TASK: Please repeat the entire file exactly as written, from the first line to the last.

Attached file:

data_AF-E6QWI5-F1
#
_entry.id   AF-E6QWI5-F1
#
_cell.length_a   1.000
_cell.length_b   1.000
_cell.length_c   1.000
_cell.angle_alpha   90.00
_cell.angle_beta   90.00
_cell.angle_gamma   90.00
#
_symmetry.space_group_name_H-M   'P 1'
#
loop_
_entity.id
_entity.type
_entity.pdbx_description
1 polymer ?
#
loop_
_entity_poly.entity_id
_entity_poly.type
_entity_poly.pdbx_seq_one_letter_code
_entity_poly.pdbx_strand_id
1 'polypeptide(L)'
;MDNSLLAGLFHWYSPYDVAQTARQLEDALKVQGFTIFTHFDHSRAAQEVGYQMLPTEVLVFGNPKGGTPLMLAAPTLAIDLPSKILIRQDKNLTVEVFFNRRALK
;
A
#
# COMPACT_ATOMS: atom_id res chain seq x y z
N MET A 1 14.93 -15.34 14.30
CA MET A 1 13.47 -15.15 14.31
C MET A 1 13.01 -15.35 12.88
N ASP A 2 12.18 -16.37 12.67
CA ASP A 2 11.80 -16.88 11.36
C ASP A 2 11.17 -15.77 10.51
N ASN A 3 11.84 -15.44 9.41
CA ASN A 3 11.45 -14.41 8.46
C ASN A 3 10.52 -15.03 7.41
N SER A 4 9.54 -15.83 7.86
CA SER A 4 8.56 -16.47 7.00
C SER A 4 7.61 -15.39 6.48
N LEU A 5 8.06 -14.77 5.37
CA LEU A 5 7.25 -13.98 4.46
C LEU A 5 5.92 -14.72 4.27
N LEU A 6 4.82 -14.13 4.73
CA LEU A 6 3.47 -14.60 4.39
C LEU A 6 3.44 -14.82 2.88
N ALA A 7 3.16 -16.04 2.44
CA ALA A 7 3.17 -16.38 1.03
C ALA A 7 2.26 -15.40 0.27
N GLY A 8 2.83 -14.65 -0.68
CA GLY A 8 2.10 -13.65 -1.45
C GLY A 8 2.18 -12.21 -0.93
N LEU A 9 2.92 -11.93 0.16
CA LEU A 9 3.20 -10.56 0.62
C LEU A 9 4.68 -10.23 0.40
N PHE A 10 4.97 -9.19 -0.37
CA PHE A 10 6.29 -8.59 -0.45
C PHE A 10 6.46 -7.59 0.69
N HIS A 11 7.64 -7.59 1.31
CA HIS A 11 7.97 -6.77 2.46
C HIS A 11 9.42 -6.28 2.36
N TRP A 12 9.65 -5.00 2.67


data_AF-E6QWI5-F1
#
_entry.id   AF-E6QWI5-F1
#
_cell.length_a   1.000
_cell.length_b   1.000
_cell.length_c   1.000
_cell.angle_alpha   90.00
_cell.angle_beta   90.00
_cell.angle_gamma   90.00
#
_symmetry.space_group_name_H-M   'P 1'
#
loop_
_entity.id
_entity.type
_entity.pdbx_description
1 polymer ?
#
loop_
_entity_poly.entity_id
_entity_poly.type
_entity_poly.pdbx_seq_one_letter_code
_entity_poly.pdbx_strand_id
1 'polypeptide(L)'
;MDNSLLAGLFHWYSPYDVAQTARQLEDALKVQGFTIFTHFDHSRAAQEVGYQMLPTEVLVFGNPKGGTPLMLAAPTLAIDLPSKILIRQDKNLTVEVFFNRRALK
;
A
#
# COMPACT_ATOMS: atom_id res chain seq x y z
N MET A 1 14.93 -15.34 14.30
CA MET A 1 13.47 -15.15 14.31
C MET A 1 13.01 -15.35 12.88
N ASP A 2 12.18 -16.37 12.67
CA ASP A 2 11.80 -16.88 11.36
C ASP A 2 11.17 -15.77 10.51
N ASN A 3 11.84 -15.44 9.41
CA ASN A 3 11.45 -14.41 8.46
C ASN A 3 10.52 -15.03 7.41
N SER A 4 9.54 -15.83 7.86
CA SER A 4 8.56 -16.47 7.00
C SER A 4 7.61 -15.39 6.48
N LEU A 5 8.06 -14.77 5.37
CA LEU A 5 7.25 -13.98 4.46
C LEU A 5 5.92 -14.72 4.27
N LEU A 6 4.82 -14.13 4.73
CA LEU A 6 3.47 -14.60 4.39
C LEU A 6 3.44 -14.82 2.88
N ALA A 7 3.16 -16.04 2.44
CA ALA A 7 3.17 -16.38 1.03
C ALA A 7 2.26 -15.40 0.27
N GLY A 8 2.83 -14.65 -0.68
CA GLY A 8 2.10 -13.65 -1.45
C GLY A 8 2.18 -12.21 -0.93
N LEU A 9 2.92 -11.93 0.16
CA LEU A 9 3.20 -10.56 0.62
C LEU A 9 4.68 -10.23 0.40
N PHE A 10 4.97 -9.19 -0.37
CA PHE A 10 6.29 -8.59 -0.45
C PHE A 10 6.46 -7.59 0.69
N HIS A 11 7.64 -7.59 1.31
CA HIS A 11 7.97 -6.77 2.46
C HIS A 11 9.42 -6.28 2.36
N TRP A 12 9.65 -5.00 2.67